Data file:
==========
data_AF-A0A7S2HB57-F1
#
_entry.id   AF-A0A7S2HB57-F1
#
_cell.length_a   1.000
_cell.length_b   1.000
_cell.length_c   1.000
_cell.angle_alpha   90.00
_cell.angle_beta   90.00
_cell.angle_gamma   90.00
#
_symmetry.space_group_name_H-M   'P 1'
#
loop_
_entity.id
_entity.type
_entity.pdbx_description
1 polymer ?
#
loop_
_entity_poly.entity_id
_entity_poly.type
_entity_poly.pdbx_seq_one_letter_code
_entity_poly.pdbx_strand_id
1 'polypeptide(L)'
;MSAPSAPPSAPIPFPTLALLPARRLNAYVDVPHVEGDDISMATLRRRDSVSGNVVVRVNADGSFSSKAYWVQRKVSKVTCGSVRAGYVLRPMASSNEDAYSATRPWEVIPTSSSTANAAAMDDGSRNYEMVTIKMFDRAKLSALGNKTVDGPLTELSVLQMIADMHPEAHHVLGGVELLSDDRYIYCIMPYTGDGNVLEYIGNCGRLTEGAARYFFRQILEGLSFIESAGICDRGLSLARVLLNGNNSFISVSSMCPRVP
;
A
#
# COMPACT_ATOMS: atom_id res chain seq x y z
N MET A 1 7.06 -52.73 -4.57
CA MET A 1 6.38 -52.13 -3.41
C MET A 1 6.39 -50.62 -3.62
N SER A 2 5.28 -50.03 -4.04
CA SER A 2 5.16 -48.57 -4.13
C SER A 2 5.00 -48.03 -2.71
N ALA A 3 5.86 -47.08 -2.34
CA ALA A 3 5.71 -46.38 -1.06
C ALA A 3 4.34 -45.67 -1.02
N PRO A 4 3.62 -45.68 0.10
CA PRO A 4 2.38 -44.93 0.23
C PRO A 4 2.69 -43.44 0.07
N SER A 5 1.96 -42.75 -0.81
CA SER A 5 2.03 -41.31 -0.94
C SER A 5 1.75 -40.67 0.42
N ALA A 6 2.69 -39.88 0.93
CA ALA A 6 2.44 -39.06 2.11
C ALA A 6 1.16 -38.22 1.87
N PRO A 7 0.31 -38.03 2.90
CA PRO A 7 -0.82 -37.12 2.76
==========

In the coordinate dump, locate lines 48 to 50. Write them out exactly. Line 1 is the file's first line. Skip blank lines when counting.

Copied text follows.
C ALA A 6 1.16 -38.22 1.87
N PRO A 7 0.31 -38.03 2.90
CA PRO A 7 -0.82 -37.12 2.76